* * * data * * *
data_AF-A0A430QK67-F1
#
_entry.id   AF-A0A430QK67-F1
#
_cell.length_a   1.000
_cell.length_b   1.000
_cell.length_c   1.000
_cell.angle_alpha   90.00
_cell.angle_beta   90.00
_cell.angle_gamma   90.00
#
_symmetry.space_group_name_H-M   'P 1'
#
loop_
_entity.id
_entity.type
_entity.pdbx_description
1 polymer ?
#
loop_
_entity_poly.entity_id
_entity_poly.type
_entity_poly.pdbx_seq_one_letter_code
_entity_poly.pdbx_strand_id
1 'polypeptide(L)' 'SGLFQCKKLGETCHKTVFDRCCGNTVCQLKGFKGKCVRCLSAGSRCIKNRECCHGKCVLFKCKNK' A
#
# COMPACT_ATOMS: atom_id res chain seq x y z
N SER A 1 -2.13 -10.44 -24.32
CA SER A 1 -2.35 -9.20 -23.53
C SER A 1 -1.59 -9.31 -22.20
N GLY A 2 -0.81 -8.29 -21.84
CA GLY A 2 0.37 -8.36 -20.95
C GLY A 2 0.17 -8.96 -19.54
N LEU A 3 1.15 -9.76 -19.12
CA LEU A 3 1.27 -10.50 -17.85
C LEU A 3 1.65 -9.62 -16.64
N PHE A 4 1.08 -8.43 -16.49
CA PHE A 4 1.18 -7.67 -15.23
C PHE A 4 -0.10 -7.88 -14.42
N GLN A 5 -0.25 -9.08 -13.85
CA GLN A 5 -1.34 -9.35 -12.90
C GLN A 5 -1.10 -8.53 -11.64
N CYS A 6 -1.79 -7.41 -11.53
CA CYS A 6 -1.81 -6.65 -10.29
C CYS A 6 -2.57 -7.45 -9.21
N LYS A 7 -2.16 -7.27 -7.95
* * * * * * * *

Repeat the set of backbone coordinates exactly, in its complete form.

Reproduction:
data_AF-A0A430QK67-F1
#
_entry.id   AF-A0A430QK67-F1
#
_cell.length_a   1.000
_cell.length_b   1.000
_cell.length_c   1.000
_cell.angle_alpha   90.00
_cell.angle_beta   90.00
_cell.angle_gamma   90.00
#
_symmetry.space_group_name_H-M   'P 1'
#
loop_
_entity.id
_entity.type
_entity.pdbx_description
1 polymer ?
#
loop_
_entity_poly.entity_id
_entity_poly.type
_entity_poly.pdbx_seq_one_letter_code
_entity_poly.pdbx_strand_id
1 'polypeptide(L)' 'SGLFQCKKLGETCHKTVFDRCCGNTVCQLKGFKGKCVRCLSAGSRCIKNRECCHGKCVLFKCKNK' A
#
# COMPACT_ATOMS: atom_id res chain seq x y z
N SER A 1 -2.13 -10.44 -24.32
CA SER A 1 -2.35 -9.20 -23.53
C SER A 1 -1.59 -9.31 -22.20
N GLY A 2 -0.81 -8.29 -21.84
CA GLY A 2 0.37 -8.36 -20.95
C GLY A 2 0.17 -8.96 -19.54
N LEU A 3 1.15 -9.76 -19.12
CA LEU A 3 1.27 -10.50 -17.85
C LEU A 3 1.65 -9.62 -16.64
N PHE A 4 1.08 -8.43 -16.49
CA PHE A 4 1.18 -7.67 -15.23
C PHE A 4 -0.10 -7.88 -14.42
N GLN A 5 -0.25 -9.08 -13.85
CA GLN A 5 -1.34 -9.35 -12.90
C GLN A 5 -1.10 -8.53 -11.64
N CYS A 6 -1.79 -7.41 -11.53
CA CYS A 6 -1.81 -6.65 -10.29
C CYS A 6 -2.57 -7.45 -9.21
N LYS A 7 -2.16 -7.27 -7.95